She gazed up into Mrs. Morgan's face, as if reading an oracle.
"Indeed, miss, ma'am, and it's a very awkward thing. But don't cry, that can do no good; 'deed it can't. I'll go and see the poor young man myself, and then I can judge if a doctor is wanting."
Ruth followed Mrs. Morgan upstairs. When they entered the sick-room Mr. Bellingham was sitting up in bed, looking wildly about him, and as he saw them, he exclaimed--
"Ruth! Ruth! come here; I won't be left alone!" and then he fell down exhausted on the pillow. Mrs. Morgan went up and spoke to him, but he did not answer or take any notice.
"I'll send for Mr. Jones, my dear, 'deed and I will; we'll have him here in a couple of hours, please God."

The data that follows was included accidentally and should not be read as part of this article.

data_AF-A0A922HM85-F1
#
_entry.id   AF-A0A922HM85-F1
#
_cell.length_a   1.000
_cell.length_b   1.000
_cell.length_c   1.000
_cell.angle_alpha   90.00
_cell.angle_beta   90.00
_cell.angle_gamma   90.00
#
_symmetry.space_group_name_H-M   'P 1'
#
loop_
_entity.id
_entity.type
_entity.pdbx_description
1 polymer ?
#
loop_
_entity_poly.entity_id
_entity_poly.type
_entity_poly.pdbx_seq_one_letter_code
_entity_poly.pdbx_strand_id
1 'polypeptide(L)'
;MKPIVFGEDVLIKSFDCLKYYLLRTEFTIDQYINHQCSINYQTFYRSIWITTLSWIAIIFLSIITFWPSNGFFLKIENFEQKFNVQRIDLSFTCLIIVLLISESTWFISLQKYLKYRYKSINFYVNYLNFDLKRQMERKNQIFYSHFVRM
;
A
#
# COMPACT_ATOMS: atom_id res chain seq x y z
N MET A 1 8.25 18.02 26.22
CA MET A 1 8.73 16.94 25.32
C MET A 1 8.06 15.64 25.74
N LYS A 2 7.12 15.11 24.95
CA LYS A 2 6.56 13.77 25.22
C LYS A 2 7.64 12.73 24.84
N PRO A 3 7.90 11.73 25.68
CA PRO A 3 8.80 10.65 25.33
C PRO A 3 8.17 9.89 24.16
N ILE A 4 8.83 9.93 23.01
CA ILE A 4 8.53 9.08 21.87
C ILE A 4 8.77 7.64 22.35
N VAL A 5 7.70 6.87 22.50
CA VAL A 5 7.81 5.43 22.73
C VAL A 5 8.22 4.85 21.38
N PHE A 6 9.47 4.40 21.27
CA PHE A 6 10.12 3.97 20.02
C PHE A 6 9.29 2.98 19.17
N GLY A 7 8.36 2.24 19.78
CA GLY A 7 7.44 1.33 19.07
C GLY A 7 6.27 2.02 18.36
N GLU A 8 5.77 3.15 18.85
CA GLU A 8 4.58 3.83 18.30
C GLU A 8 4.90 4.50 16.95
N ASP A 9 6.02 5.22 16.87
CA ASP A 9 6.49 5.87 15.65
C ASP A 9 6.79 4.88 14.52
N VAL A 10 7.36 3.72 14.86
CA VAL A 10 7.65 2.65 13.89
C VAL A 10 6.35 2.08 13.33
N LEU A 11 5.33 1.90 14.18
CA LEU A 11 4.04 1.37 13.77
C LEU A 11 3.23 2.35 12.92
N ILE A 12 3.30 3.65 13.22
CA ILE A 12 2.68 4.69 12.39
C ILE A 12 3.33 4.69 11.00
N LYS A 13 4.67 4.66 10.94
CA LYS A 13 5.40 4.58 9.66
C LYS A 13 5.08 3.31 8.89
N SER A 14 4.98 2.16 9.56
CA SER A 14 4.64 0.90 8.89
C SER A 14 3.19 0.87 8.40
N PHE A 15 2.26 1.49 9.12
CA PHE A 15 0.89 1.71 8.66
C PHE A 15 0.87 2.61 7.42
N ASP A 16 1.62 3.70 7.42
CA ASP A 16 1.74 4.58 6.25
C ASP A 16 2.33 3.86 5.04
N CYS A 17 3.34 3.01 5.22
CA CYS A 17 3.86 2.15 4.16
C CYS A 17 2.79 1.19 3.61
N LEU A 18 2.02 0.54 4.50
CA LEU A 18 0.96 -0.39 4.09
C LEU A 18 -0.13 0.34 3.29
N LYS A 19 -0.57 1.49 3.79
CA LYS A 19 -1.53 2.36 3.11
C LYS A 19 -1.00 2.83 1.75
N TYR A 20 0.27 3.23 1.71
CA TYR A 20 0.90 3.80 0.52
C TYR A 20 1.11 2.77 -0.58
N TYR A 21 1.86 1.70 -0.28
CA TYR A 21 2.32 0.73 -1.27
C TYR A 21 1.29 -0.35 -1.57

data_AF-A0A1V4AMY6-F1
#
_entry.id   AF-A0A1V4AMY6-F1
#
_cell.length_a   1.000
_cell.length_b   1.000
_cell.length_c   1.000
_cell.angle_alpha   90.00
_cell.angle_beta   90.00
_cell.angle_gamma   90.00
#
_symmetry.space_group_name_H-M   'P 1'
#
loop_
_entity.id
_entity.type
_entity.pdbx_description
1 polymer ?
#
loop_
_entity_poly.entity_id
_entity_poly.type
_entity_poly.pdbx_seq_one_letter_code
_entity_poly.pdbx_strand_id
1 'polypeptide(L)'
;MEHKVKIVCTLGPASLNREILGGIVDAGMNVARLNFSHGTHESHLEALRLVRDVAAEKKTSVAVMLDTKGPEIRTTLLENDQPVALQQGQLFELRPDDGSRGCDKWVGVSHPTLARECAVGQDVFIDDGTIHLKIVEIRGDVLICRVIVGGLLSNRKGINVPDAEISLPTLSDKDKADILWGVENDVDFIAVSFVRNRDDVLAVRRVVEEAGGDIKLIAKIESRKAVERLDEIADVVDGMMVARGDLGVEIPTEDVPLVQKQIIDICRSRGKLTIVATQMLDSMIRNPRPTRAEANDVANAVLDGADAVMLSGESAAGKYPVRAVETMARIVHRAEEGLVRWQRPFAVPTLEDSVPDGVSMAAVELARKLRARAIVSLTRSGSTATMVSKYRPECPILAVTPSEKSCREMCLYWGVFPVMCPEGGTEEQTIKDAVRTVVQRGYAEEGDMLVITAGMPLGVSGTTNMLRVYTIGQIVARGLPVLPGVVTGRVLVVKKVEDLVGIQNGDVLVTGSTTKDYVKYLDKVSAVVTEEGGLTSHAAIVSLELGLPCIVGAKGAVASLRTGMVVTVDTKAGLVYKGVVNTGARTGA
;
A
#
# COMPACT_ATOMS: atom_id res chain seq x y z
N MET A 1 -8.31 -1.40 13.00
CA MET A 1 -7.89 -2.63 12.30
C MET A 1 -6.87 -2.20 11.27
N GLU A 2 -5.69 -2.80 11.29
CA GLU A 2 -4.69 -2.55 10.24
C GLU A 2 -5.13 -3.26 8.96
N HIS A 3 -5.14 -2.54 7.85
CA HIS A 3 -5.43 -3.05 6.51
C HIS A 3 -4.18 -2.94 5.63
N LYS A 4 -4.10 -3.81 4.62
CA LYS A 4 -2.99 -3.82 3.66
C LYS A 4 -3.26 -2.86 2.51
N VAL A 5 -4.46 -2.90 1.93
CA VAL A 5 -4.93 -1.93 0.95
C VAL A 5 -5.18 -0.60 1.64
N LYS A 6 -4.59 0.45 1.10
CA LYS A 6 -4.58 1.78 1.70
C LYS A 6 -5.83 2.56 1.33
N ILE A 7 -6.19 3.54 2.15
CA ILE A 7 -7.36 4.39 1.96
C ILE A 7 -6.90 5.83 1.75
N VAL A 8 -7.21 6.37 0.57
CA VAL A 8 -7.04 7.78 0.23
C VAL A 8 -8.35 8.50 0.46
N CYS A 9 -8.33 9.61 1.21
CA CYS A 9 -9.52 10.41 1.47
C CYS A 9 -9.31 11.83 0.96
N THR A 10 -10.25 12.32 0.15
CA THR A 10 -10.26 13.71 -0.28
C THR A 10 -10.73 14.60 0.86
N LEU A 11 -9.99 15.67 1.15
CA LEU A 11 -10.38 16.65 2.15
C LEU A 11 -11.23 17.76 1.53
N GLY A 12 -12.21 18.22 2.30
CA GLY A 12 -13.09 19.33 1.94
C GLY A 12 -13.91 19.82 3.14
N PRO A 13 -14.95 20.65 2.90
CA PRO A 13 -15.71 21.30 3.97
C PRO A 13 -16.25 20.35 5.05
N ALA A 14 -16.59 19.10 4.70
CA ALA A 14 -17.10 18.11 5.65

"Oh, can't he come sooner?" asked Ruth, wild with terror.
"'Deed no! he lives at Llanglas when he's at home, and that's seven mile away, and he may be gone a round eight or nine mile on the other side Llanglas; but I'll send a boy on the pony directly."
Saying this, Mrs. Morgan left Ruth alone. There was nothing to be done, for Mr. Bellingham had again fallen into heavy sleep. Sounds of daily life began, bells rang, break-fast-services clattered up and down the passages, and Ruth sat on shivering by the bedside in that darkened room. Mrs. Morgan sent her breakfast upstairs by a chambermaid; but Ruth motioned it away in her sick agony, and the girl had no right to urge her to partake of it. That alone broke the monotony of the long morning. She heard the sound of merry parties setting out on excursions, on horseback or in carriages; and once, stiff and wearied, she stole to the window, and looked out on one side of the blind; but the day looked bright and discordant to her aching, anxious heart. The gloom of the darkened room was better and more befitting.